September 30, 1917
I’ve been stationed in Lommel for the last two days, tasked with smuggling spies from Belgium into The Netherlands. One of the leaders of the group is a young man who goes by the handle of Armand. Unmarried and with no living family, he makes the perfect operative, giving him little to lose. I considered him particularly brave. Armand risks execution for his secret activities, and yet has no hope of blending in with the rest of the local Belgiums. After all, there are not many men in the area of Lommel who are only four feet tall!
The man’s stature belies the fact that he surely must have the heart of a lion.
Yesterday morning, I met with Armand and one other operative in a loft room over a restaurant in the town square. The two men stood over a hand drawn map spread out on the table, Armand being assisted by a stool.
“Right under their noses is sometimes the best place to hide,” Armand said in French as I stood at the window. I stared down at a group of German soldiers eating breakfast on the street patio. It felt strange to be planning operations within a stone’s throw from the enemy.
Jean, another one of the operatives, chuckled. “Ha, ha! Hiding in plain sight!” A jovial man in his early fifties, Jean put one in mind of a thin, more roughly dressed version of Father Christmas with his long grey beard and merry eyes. He put a hand on the dwarf’s shoulder. “That’s easy for you, eh Armand?”
I raised my eyebrows at such a brash comment.
“Very funny Sinterklaus,” Armand said, but I could see from the grin on his face that he took it in jest and was not offended. Clearly, these two have developed a close bond to allow for such back and forth teasing.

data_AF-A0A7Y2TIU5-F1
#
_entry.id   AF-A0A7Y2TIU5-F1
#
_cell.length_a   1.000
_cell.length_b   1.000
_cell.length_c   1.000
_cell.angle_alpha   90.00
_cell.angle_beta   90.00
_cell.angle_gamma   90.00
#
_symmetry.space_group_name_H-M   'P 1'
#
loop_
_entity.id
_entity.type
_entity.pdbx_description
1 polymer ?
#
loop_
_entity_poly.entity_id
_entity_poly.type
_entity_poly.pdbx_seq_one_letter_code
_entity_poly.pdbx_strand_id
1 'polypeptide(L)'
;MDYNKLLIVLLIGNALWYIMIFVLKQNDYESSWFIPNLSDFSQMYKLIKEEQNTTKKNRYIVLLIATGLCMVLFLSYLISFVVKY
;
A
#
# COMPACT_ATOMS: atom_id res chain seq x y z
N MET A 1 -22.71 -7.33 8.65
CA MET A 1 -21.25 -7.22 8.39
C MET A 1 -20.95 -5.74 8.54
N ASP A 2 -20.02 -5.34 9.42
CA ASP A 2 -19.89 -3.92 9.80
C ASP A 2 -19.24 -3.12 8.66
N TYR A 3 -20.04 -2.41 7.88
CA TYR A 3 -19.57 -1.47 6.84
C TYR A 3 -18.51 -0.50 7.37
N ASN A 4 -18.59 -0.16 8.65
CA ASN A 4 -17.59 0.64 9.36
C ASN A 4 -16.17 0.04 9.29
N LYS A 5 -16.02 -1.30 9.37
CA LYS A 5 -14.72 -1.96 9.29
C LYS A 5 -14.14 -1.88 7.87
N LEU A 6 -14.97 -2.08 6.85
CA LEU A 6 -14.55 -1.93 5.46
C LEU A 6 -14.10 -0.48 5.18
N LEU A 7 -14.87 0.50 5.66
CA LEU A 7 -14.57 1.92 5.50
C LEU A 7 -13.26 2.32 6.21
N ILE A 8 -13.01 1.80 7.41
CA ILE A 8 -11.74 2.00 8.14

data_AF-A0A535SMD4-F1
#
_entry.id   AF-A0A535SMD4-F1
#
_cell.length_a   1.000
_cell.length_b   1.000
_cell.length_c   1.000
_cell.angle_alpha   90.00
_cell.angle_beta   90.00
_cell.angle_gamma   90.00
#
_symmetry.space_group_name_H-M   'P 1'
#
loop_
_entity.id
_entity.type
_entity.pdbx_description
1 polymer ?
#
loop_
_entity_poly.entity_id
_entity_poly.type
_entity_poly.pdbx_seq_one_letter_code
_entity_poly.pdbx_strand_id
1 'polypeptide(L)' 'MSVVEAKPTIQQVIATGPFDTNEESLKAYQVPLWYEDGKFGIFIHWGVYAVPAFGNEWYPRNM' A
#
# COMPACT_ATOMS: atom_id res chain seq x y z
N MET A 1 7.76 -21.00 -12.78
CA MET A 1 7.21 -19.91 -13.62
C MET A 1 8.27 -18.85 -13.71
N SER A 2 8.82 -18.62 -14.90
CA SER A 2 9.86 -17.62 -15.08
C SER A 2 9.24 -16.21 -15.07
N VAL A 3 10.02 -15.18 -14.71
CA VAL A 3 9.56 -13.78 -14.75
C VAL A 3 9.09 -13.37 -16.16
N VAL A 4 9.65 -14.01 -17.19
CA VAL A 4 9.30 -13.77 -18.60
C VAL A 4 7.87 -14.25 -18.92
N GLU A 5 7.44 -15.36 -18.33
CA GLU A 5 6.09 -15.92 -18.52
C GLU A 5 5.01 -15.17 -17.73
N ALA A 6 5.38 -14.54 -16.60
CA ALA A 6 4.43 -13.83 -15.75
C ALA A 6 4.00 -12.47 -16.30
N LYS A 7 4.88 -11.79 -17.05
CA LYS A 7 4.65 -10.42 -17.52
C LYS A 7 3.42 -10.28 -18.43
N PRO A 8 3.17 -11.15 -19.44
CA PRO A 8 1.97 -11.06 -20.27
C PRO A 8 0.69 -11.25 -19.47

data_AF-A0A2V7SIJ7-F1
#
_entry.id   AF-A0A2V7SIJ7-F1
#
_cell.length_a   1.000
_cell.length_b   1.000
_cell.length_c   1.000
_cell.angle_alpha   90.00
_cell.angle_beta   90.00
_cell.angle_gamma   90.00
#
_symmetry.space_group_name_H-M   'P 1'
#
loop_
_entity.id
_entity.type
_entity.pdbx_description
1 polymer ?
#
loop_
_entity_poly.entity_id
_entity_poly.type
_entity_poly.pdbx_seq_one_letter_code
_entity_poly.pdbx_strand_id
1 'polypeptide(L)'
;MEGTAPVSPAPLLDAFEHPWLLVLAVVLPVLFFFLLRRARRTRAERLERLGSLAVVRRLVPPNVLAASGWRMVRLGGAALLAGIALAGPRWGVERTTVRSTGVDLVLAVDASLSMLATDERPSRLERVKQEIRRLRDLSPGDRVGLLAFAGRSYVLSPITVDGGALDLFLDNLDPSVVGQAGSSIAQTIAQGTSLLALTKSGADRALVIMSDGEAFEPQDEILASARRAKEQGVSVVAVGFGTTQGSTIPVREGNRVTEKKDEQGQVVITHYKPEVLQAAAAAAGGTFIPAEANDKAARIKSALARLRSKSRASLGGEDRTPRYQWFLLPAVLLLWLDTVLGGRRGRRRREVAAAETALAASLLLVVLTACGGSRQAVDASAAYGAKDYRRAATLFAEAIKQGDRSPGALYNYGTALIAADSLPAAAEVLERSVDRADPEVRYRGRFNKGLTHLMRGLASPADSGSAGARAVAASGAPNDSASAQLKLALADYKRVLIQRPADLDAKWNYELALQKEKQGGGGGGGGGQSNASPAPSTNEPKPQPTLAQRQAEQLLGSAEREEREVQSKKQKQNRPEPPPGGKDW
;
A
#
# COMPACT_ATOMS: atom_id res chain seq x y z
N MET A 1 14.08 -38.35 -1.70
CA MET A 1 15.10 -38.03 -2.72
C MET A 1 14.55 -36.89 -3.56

“What time are they due to arrive at the meeting point?” Armand asked.
“Just after dusk.” Jean tapped the map with a jagged finger nail. “We will meet them here, just beyond this field in an old farmhouse. They have been staying at a convent in a nearby village. The sisters will deliver them to the checkpoint if all goes well.”
“They escaped from a prisoner of war camp near Aachen,” Armand said for my benefit. “We have been told that one is British, a captured pilot, and the other a German deserter who was actually a guard at the camp,” Armand said to me, “Neither speak French, but the German does understand English quite well.” He locked his gaze onto me. “Which is why you have been asked to join us mademoiselle. We’ve been told you are fluent with the language.”
I nodded. “I learned it from an American Aunt when I was a little girl. She visited us quite often.” Of course it was a lie, but as always, my true identity must be kept hidden, even from these operatives.
“Very good, then. Here is the diagram of where those wretched explosives are.” Armand handed me a rolled up paper which I opened and spread out on top of the larger map. “It was drawn by a local operative who saw them bury the explosives as he hid in the trees nearby, only a week ago.”
“Buried explosives?” I said, “You mean like anti-tank mines?”
“Yes, those sows have figured out a way to improvise an artillery shell,” Jean said. “They’ve outfitted it with a pressure sensing plate that triggers a firing pin.”
“With a keen eye, one might be able to see the disturbed ground where it was buried,” Armand added, “but it will be harder to do in the grassy areas.”
“This this is why we chose this particular night,” Jean explained. “It is to be a clear sky and a full moon. The use of torches would be too dangerous.”
“You see where they are mostly concentrated in these parts of the forest,” Armand pointed a stubby finger over the map, then caught my eye. “Because you speak English, mademoiselle, you should be the one to describe the diagrams to them.”
“Of course,” I replied.
“The Bosche have not put in any sentries in the forest.” Armand glanced at me and then back at Jean. “This is a more remote part of the border and they have decided that the mines will do the job of eliminating anyone who tries to cross.”
“What savagery,” Jean muttered.